Thursday, May 03, 2018

April Employment Preview

by Bill McBride on 5/03/2018 12:34:00 PM

On Friday at 8:30 AM ET, the BLS will release the employment report for April. The consensus, according to Bloomberg, is for an increase of 191,000 non-farm payroll jobs in April (with a range of estimates between 145,000 to 255,000), and for the unemployment rate to decline to 4.0%.

The BLS reported 103,000 jobs added in March.

Here is a summary of recent data:

• The ADP employment report showed an increase of 204,000 private sector payroll jobs in April. This was above consensus expectations of 193,000 private sector payroll jobs added. The ADP report hasn't been very useful in predicting the BLS report for any one month, but in general, this suggests employment growth slightly above expectations.

However, the ADP report tends to be too low in April. In 2017, the ADP report showed an increase of 177,000 jobs, and the BLS report showed an increase of 211,000 jobs.    In 2016, the ADP report showed an increase of 156,000 jobs, and the BLS report showed 160,000 jobs added.  In 2015, the ADP report showed an increase of 169,000 jobs, and the BLS report showed 223,000. And in 2014, the ADP report showed 220,000 private sector jobs added, and the BLS report showed 288,000 jobs added.

• The ISM manufacturing employment index decreased in April to 54.2%. A historical correlation between the ISM manufacturing employment index and the BLS employment report for manufacturing, suggests that private sector BLS manufacturing payroll increased about 3,000 in April. The ADP report indicated manufacturing jobs increased 10,000 in April.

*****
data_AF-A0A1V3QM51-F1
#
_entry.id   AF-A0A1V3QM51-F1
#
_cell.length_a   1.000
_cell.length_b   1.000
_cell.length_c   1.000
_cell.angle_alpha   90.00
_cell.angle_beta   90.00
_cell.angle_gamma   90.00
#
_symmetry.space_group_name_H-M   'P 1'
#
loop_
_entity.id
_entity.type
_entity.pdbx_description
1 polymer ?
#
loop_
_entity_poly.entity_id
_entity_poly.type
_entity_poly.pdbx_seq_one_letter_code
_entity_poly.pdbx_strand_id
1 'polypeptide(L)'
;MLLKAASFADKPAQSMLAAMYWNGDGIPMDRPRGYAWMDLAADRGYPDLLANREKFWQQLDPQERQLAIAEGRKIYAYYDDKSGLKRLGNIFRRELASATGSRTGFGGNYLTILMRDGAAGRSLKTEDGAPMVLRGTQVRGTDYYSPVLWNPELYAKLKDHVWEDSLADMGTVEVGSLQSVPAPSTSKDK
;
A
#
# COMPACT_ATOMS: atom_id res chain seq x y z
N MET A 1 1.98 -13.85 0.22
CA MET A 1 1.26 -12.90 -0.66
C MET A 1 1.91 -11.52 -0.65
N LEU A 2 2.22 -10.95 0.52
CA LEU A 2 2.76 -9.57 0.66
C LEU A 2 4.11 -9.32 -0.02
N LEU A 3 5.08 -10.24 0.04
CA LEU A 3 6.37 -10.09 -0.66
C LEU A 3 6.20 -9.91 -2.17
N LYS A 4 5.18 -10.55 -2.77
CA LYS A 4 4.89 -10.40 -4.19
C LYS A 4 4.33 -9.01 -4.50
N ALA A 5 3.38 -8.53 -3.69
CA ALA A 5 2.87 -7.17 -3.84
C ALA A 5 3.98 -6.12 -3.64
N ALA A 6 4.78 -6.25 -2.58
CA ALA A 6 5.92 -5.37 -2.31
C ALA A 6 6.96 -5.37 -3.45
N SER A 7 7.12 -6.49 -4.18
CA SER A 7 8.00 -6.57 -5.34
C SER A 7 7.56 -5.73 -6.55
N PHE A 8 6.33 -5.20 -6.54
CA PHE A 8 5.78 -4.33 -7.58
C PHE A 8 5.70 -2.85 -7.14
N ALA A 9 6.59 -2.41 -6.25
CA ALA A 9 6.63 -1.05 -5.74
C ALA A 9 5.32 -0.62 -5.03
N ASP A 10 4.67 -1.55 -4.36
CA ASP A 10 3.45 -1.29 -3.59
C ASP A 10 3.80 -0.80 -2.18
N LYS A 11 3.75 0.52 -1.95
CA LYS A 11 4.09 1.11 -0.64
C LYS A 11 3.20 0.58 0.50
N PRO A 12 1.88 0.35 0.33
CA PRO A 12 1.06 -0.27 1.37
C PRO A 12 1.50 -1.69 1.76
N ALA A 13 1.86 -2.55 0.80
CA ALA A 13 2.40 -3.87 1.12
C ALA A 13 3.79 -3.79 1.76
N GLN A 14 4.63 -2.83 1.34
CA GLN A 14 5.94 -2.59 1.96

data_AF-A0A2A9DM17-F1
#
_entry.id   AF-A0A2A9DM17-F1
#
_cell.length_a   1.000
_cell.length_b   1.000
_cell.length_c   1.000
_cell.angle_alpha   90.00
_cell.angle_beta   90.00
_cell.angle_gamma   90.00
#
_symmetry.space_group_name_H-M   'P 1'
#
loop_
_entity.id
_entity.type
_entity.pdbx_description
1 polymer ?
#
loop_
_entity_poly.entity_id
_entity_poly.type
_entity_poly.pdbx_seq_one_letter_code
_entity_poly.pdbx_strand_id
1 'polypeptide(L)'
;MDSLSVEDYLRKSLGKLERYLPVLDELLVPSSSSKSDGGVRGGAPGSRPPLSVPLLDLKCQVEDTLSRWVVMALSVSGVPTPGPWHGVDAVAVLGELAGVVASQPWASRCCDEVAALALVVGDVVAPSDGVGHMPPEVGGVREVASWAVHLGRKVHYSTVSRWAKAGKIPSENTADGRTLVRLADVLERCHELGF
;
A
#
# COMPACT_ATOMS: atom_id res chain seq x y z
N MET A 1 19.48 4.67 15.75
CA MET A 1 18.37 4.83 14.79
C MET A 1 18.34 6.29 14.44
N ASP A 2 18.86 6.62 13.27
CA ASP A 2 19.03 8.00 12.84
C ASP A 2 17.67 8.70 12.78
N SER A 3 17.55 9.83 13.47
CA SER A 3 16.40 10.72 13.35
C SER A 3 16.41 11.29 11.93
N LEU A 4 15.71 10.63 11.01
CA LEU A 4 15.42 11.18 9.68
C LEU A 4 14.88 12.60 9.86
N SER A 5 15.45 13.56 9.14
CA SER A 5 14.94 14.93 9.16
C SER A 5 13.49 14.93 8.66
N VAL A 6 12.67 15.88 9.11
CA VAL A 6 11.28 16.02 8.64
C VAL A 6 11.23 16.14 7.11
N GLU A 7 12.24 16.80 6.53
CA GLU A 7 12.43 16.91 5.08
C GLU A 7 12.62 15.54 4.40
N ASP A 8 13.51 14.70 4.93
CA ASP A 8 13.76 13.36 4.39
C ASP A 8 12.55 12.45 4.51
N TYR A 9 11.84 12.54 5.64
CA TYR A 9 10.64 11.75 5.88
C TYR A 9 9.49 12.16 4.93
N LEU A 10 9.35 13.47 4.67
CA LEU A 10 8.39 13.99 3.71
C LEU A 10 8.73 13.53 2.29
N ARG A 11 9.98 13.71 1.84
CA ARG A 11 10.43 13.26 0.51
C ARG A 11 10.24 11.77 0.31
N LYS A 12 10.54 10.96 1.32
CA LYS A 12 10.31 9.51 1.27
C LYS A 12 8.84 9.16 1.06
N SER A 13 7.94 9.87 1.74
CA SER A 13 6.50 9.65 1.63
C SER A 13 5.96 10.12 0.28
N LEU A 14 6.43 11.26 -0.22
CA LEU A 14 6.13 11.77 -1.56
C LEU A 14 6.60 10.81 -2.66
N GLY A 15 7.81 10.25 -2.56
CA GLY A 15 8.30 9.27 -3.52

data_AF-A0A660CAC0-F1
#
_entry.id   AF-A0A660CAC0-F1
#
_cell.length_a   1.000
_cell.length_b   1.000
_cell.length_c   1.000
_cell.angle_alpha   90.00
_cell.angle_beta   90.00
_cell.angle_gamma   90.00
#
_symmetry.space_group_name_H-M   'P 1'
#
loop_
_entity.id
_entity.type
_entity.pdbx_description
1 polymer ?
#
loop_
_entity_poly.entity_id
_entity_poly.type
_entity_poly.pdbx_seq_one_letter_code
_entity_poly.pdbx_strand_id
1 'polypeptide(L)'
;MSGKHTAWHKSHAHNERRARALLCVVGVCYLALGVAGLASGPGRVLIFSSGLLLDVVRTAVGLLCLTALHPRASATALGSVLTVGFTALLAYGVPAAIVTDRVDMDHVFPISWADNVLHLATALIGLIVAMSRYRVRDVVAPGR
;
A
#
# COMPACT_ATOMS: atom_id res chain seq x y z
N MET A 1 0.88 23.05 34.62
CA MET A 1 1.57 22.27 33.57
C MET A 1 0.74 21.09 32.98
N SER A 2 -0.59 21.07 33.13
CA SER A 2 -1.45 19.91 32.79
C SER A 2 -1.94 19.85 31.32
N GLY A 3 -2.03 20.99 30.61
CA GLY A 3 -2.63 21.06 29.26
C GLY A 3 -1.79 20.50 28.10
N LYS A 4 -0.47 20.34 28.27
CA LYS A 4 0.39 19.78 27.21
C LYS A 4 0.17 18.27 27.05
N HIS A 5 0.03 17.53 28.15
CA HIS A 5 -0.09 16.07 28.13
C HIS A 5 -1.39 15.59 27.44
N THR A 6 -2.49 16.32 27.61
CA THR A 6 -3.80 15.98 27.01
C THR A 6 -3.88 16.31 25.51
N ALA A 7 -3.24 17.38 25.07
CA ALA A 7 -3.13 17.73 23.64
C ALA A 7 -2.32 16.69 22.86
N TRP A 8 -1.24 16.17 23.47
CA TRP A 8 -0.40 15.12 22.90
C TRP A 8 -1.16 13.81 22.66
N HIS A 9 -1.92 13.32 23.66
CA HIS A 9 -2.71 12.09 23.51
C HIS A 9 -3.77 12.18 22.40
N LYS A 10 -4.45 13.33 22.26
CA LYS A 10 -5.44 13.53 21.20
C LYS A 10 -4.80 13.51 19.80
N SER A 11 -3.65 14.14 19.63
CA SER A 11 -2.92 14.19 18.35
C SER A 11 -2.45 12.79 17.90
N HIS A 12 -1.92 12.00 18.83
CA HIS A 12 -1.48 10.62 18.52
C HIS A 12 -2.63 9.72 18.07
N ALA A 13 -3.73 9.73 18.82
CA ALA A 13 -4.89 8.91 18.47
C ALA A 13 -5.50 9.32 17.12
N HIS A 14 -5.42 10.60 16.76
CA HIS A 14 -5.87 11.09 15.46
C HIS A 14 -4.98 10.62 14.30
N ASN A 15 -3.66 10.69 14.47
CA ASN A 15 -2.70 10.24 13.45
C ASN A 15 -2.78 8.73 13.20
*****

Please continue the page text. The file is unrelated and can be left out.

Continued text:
The ISM non-manufacturing employment index decreased in April to 53.6%. A historical correlation between the ISM non-manufacturing employment index and the BLS employment report for non-manufacturing, suggests that private sector BLS non-manufacturing payroll jobs increased about 170,000 in April.

Combined, the ISM indexes suggests employment gains of about 173,000.  This suggests employment growth below expectations.

Initial weekly unemployment claims averaged 222,000 in April, down from 228,000 in March. For the BLS reference week (includes the 12th of the month), initial claims were at 233,000, up from 227,000 during the reference week in March.

The slight increase during the reference week suggests a slightly weaker employment report in April than in March.   (Note: Employment in March was negatively impacted by payback for the nice weather in February.  Excluding the weather impacts, March employment was probably close to 190,000.  So this suggests weaker than March ex-weather).

• The final April University of Michigan consumer sentiment index decreased to 98.8 from the March reading of 101.4. Sentiment is frequently coincident with changes in the labor market, but there are other factors too like gasoline prices and politics.

• Merrill Lynch has introduced a new payrolls tracker based on private internal BAC data. The tracker suggests private payrolls increased by 208,000 in April, and this suggests employment growth slightly above expectations.

• Looking back at the three previous years:

In April 2017, the consensus was for 185,000 jobs, and the BLS reported 211,000 jobs added. In April 2016, the consensus was for 200,000 jobs, and the BLS reported 160,000 jobs added. In April 2015, the consensus was for 220,000 jobs, and the BLS reported 223,000 jobs added.

• Conclusion:  In general, these reports suggest a solid employment report, and probably close to expectations.  The ADP report tends to be lower than the BLS report in April, but the ISM surveys and the reference week for unemployment claims suggests a weaker report.   My guess is that the employment report will be close to the consensus in April.